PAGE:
'These markets move fast, product moves fast, competition moves fast and you have to be on top of it all the time,' Wieser says. 'If a supervisor figures out that they can do your job without you, then you will have job insecurity. It's the nature of the beast.'

On the other hand, some companies say that any urge by managers to minimize or lay off women returning from leave simply underscores the need for more enlightened employee retention policies.

One of Deutsche Bank's new role-playing exercises for executives participating in diversity training, for example, focuses on what happens when a woman returns from family leave and tries to manage her transition back. Karen Meyer, head of global diversity at Deutsche Bank, says companies should be able to accommodate such employees, but it's not always an easy concept for some to grasp at first.

Meyer says, 'Especially challenging is balancing the need to be on the ground and producing with the longer-term view that a company needs to accommodate its talent through some

of life's changes to retain them over the longer term.'

Attorney Phillips, whose firm counsels Wall Street firms and other clients in preventive litigation strategies, says both employers and employees need to more thoroughly evaluate family-leave related issues to prevent misuse. 'It's conceivable that when someone is gone for three months, the position they left may now be gone, and maybe downsizing and layoffs have truly eliminated the position.'

Discrimination with a small 'd'?

Bruce E. Menken, a partner in the Manhattan-based employment law firm of Beranbaum Menken Ben-Asher & Bierman, says, 'I think the common belief is that women, especially, will be distracted when they have children and they won't be as committed to their work once they get back.'

Menken, who has represented financial executives at firms including Goldman Sachs, Société Générale, American Express and Morgan Stanley, says that in some family leave cases he's handled, a woman has been replaced by a man or a non-pregnant, non-childbearing woman.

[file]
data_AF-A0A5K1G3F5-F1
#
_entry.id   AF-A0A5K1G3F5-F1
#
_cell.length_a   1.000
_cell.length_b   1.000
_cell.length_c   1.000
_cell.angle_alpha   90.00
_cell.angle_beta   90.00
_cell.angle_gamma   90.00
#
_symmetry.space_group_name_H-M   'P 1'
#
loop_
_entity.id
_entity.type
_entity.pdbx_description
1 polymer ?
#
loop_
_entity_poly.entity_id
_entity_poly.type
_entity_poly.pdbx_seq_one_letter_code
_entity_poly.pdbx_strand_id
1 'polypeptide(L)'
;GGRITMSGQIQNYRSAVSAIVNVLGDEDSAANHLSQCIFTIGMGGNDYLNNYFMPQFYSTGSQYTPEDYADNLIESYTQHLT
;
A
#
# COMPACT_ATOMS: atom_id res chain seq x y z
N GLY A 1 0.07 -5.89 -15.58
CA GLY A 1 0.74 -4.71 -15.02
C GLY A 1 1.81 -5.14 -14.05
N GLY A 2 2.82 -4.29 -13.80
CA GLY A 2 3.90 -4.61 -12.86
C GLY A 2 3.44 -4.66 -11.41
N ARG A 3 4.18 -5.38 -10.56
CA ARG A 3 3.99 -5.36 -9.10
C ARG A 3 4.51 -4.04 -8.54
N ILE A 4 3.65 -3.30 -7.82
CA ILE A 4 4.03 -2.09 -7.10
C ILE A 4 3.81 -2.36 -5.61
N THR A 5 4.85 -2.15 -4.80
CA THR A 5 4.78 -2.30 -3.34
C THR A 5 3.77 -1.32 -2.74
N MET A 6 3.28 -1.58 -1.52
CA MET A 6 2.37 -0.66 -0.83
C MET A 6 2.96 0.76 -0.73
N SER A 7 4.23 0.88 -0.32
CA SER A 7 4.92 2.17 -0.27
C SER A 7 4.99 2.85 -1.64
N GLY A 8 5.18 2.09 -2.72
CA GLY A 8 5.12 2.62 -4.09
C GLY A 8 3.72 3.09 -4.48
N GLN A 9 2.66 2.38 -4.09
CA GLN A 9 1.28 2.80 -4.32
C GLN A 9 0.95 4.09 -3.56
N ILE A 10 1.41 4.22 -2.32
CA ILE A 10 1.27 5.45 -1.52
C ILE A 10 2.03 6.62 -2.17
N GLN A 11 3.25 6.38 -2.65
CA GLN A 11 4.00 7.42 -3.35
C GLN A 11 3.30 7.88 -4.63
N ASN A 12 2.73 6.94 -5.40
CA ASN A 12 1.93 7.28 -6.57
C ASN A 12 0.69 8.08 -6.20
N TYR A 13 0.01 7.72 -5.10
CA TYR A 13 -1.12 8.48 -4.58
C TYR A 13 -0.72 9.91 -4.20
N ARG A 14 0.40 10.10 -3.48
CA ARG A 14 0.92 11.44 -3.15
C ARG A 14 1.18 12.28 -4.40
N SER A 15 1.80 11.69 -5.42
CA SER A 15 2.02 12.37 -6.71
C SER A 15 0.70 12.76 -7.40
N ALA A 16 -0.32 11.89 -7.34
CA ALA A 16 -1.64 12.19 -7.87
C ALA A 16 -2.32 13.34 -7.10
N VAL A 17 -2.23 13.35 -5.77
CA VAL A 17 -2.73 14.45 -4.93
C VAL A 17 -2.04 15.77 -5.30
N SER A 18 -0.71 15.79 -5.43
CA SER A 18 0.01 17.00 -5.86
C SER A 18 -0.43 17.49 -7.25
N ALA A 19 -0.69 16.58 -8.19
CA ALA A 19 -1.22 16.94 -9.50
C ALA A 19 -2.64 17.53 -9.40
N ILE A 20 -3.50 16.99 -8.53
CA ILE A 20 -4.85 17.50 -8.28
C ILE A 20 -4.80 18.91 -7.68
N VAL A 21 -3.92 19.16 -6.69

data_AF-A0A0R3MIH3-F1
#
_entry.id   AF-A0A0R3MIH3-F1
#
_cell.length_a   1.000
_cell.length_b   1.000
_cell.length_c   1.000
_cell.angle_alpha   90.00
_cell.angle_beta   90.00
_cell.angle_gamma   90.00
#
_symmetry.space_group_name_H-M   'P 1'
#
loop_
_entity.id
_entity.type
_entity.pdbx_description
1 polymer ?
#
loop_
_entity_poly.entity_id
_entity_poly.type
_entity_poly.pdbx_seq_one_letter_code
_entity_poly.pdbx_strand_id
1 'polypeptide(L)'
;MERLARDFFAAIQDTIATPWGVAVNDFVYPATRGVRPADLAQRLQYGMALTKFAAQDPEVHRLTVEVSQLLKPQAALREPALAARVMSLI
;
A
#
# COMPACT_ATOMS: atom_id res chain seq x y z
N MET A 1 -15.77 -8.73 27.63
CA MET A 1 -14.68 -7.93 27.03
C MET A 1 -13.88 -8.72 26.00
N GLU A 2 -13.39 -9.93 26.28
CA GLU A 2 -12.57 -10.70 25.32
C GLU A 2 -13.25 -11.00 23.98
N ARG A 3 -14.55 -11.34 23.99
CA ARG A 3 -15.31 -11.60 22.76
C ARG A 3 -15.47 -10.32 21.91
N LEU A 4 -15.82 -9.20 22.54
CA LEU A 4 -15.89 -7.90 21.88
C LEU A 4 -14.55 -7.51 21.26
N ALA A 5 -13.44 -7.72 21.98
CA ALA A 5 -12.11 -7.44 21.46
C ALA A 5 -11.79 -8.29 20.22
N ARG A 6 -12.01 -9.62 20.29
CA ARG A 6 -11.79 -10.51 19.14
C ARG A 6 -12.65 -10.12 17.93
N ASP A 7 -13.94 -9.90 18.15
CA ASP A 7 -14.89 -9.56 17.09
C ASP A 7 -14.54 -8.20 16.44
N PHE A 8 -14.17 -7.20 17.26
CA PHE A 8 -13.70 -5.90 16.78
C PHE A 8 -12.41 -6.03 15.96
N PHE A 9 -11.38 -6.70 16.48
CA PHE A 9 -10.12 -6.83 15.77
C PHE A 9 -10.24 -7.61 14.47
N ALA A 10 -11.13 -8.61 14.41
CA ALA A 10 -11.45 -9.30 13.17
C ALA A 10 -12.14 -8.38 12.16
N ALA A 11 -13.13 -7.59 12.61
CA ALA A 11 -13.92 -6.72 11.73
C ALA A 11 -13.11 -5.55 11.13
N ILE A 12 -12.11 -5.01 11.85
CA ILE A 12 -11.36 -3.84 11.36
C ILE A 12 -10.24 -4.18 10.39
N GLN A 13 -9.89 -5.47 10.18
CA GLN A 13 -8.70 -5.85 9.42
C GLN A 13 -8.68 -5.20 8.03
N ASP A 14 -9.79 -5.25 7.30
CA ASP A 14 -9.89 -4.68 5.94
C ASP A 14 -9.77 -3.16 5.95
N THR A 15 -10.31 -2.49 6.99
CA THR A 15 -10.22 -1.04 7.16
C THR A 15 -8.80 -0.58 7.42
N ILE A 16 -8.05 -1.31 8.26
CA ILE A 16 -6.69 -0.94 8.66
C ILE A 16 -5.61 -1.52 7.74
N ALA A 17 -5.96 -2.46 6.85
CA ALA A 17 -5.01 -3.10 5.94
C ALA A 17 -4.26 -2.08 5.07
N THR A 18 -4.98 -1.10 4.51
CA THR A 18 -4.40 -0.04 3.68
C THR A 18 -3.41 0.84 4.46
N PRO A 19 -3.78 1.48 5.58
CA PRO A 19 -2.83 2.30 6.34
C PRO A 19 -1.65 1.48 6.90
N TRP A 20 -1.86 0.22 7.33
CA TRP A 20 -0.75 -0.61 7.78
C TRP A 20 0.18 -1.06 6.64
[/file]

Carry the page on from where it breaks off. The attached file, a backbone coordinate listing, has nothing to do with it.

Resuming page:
Typically in these cases, he says, women on leave will get a letter or a phone call from their employer during their leave, telling them that their job has been downsized or reorganized out of existence, and that there is no equivalent position available. In Pisciotta's case, her boss at first seemed very pleased she had called to announce her return, only to convey a couple of days later that her job had vanished.

More common, says Menken, are increased cases of what he calls 'discrimination with a small 'd': That's when an employer does not call a woman's replacement her replacement. Instead, a supervisor at the department level decides to conduct a minor reorganization of the department. Menken says this is done 'to cloak the discrimination so that now, one person is handling three other positions and there isn't the old job nor an equivalent job to be had.'

HR managers, especially if they're at a lesser rank than the supervisor in question, can sometimes turn a blind eye or simply get overruled, Menken says. The more revenue-producing a person's job is for the company at large, the less likely it is that HR will prevail on behalf of an employee back from an extended absence from clients and co-workers.

And if the employee sues? Companies can negotiate a lucrative severance package or offer a lump-sum settlement before a complaint even gets to court. In Pisciotta's case, the company initially offered her a severance that was equal to a package given to a much-junior male employee who had been fired for substandard work. Since Pisciotta had no health or performance issues, she hired a lawyer and was able to hammer out a much better severance deal.